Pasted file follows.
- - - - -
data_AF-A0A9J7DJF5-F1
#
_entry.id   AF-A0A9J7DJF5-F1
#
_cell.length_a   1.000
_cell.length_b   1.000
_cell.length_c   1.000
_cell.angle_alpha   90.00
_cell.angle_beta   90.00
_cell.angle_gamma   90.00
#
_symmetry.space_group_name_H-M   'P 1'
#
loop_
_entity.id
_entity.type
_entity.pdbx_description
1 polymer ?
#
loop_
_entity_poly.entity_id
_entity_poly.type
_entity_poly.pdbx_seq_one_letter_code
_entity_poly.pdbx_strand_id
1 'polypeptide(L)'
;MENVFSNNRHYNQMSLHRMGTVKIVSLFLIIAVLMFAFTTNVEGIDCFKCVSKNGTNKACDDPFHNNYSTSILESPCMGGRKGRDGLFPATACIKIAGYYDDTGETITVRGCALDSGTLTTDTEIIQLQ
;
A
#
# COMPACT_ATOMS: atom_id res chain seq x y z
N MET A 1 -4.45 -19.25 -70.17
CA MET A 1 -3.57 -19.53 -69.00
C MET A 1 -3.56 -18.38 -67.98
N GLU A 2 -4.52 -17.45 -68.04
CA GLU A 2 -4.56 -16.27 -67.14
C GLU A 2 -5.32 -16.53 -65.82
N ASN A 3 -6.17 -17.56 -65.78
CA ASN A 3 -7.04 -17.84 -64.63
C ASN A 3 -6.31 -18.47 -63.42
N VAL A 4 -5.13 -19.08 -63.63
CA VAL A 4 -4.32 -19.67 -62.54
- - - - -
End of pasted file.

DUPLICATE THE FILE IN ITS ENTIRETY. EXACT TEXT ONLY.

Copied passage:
data_AF-A0A9J7DJF5-F1
#
_entry.id   AF-A0A9J7DJF5-F1
#
_cell.length_a   1.000
_cell.length_b   1.000
_cell.length_c   1.000
_cell.angle_alpha   90.00
_cell.angle_beta   90.00
_cell.angle_gamma   90.00
#
_symmetry.space_group_name_H-M   'P 1'
#
loop_
_entity.id
_entity.type
_entity.pdbx_description
1 polymer ?
#
loop_
_entity_poly.entity_id
_entity_poly.type
_entity_poly.pdbx_seq_one_letter_code
_entity_poly.pdbx_strand_id
1 'polypeptide(L)'
;MENVFSNNRHYNQMSLHRMGTVKIVSLFLIIAVLMFAFTTNVEGIDCFKCVSKNGTNKACDDPFHNNYSTSILESPCMGGRKGRDGLFPATACIKIAGYYDDTGETITVRGCALDSGTLTTDTEIIQLQ
;
A
#
# COMPACT_ATOMS: atom_id res chain seq x y z
N MET A 1 -4.45 -19.25 -70.17
CA MET A 1 -3.57 -19.53 -69.00
C MET A 1 -3.56 -18.38 -67.98
N GLU A 2 -4.52 -17.45 -68.04
CA GLU A 2 -4.56 -16.27 -67.14
C GLU A 2 -5.32 -16.53 -65.82
N ASN A 3 -6.17 -17.56 -65.78
CA ASN A 3 -7.04 -17.84 -64.63
C ASN A 3 -6.31 -18.47 -63.42
N VAL A 4 -5.13 -19.08 -63.63
CA VAL A 4 -4.32 -19.67 -62.54